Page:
Spanish fest focuses on international auteur work
Lars von Trier’s corporate world satire “The Boss of It All” will receive its international premiere at the San Sebastian Film Festival, playing out of competition in the Official Section, unveiled Thursday.
Other Official Section screeners from Agnieszka Holland, John Boorman, Tom DiCillo, Carlos Sorin and Hirokazu Kore-eda suggest that Spain’s biggest fest, which runs Sept. 21-30, is packing its strongest and most varied international auteur punch in several years.
Many Official Section pics also break out of San Sebastian’s often sober social realist groove, experimenting with slightly more commercial subjects or genres.
A clutch of competitors focus on obsession or mental abnormality. In Sorin’s “El Camino de San Diego,” a father of four worships soccer genius Diego Maradona; in Holland’s “Copying Beethoven,” a hoary Ludwig van Beethoven (Ed Harris) drools over his alluring copywriter (Diane Kruger).
In Kore-eda’s “Hana,” a young samurai mulls whether to avenge his father’s murder, while DiCillo’s dramedy “Delirious” turns on star-struck wannabes in contempo New York, led by Steve Buscemi as a paparazzo.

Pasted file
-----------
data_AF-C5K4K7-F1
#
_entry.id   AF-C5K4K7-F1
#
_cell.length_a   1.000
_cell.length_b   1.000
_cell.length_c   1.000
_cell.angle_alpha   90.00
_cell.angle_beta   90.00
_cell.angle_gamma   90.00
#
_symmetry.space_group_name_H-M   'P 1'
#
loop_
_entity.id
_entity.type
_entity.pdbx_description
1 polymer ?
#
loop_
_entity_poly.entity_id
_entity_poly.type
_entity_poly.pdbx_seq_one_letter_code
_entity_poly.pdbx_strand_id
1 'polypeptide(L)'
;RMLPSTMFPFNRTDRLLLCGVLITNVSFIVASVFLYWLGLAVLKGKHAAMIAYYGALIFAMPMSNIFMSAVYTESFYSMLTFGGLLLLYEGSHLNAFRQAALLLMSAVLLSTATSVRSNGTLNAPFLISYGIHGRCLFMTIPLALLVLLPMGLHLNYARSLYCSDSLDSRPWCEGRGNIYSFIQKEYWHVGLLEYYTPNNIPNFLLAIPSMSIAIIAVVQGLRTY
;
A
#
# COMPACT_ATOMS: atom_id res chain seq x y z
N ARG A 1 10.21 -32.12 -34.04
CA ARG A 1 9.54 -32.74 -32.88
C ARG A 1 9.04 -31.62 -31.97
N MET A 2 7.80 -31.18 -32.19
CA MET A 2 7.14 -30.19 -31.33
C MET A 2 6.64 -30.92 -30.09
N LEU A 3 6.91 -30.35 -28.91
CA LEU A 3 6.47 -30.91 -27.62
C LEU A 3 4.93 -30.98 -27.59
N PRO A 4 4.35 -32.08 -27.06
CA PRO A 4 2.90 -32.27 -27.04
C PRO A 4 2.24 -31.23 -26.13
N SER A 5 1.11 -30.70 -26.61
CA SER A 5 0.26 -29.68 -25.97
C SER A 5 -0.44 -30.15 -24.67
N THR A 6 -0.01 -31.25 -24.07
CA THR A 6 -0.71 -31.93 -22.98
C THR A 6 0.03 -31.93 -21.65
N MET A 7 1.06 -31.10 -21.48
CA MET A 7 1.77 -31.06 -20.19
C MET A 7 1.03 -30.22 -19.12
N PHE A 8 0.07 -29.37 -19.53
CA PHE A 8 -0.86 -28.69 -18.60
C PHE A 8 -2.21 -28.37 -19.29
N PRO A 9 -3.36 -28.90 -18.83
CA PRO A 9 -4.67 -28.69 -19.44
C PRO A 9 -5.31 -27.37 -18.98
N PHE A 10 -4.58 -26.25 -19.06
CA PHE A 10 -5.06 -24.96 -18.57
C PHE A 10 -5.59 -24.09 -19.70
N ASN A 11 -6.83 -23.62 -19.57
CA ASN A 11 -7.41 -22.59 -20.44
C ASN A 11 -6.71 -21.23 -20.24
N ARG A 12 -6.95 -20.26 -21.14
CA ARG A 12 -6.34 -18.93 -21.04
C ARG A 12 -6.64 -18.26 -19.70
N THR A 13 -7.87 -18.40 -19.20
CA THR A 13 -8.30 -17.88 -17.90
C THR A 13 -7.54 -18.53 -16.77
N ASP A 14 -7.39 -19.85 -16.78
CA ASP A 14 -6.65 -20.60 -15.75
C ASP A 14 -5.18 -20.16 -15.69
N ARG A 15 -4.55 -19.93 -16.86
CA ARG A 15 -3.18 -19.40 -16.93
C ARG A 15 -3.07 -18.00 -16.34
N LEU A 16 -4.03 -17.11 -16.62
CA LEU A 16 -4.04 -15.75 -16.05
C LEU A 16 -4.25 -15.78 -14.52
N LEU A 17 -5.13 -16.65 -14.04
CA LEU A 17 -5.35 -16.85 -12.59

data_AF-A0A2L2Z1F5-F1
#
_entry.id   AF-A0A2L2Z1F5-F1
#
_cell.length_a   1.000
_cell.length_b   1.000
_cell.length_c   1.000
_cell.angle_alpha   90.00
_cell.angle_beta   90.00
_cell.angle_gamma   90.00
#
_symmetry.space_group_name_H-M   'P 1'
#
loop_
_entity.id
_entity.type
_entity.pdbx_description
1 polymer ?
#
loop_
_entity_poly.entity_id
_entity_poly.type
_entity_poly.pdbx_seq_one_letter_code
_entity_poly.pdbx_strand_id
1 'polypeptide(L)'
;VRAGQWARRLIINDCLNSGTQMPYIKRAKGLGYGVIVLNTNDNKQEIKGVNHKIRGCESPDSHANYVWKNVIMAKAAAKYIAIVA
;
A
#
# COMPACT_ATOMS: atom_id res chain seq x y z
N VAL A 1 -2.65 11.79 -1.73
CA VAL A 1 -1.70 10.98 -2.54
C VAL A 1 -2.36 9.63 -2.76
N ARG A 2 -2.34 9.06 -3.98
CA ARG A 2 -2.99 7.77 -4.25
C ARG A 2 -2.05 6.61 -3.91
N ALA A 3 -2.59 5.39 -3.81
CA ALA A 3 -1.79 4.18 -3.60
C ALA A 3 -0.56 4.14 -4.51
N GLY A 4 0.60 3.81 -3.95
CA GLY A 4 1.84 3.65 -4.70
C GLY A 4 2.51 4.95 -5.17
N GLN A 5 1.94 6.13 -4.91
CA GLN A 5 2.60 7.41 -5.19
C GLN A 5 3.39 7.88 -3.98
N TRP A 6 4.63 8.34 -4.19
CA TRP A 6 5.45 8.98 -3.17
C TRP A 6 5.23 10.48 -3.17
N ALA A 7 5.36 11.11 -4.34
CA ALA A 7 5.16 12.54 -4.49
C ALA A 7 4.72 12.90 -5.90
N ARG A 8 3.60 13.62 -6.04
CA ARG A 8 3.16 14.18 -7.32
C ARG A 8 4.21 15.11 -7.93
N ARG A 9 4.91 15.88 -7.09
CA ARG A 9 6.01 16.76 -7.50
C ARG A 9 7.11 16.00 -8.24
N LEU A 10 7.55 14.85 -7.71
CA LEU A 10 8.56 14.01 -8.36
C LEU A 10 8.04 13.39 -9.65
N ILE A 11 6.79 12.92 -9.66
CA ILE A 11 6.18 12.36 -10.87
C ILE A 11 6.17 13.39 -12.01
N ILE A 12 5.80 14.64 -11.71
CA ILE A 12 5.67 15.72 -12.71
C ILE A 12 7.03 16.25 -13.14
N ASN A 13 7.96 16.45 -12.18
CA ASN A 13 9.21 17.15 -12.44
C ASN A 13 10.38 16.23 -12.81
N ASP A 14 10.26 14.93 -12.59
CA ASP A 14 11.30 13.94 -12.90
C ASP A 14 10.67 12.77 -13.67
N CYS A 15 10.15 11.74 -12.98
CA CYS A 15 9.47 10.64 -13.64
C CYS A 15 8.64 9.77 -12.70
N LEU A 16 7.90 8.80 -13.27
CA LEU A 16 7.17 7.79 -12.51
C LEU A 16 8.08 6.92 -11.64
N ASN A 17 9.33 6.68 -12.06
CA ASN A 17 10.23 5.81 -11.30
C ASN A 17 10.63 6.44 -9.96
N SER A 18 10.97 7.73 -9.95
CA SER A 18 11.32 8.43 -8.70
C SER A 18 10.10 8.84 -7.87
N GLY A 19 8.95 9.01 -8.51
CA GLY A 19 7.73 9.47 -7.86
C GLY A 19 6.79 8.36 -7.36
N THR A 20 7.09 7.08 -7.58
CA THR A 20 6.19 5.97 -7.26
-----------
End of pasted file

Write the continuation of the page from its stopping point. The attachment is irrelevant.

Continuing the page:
Two Official Section pics are comedies, a departure for the normally drama-heavy fest, though most bend the genre to auteur effect. Croatian Rajko Grlic’s 1987-set military service comedy “Border Post” packs a gut-wrenching payoff and anticipates the ethnic tensions that destroyed the former Yugoslavia. In Bobcat Goldthwait’s “Sleeping Dogs Lie,” a young woman unwisely confesses to her most outre sexual act.
Also plowing genre furrows, Boorman’s thriller “The Tiger’s Tail” features a man pursued by a seeming double.
This would not be San Sebastian, however, without social issue pics: “Half Moon,” from fest’s 2004 Golden Shell winner Bahman Ghobadi, delivers a road-movie vision of post-Saddam Iraq; Marion Hansel’s “Sounds of Sand” tracks African villagers displaced from their homes; “The Old Garden,” by South Korean auteur Im Sang-soo, is a politically tinged romantic drama. Chinese-language “Ghosts,” from Brit documaker Nick Broomfield (“Biggie & Tupac”), starts from the true story of illegal Chinese immigrants who drowned while harvesting shellfish on British mudflats.
Section is rounded out by Martial Fougeron’s Mons fils a moi,” about a son smothered by his mother’s love, and “Forever,” a portrait of Paris cemetery Pere Lachaise from Dutch documentarian Heddy Honigmann (“Give Me Your Hand”).
San Sebastian Official Section pics compete for the Golden Shell plaudit. Four Spanish titles were confirmed in early August. Fest opener and closer have yet to be announced.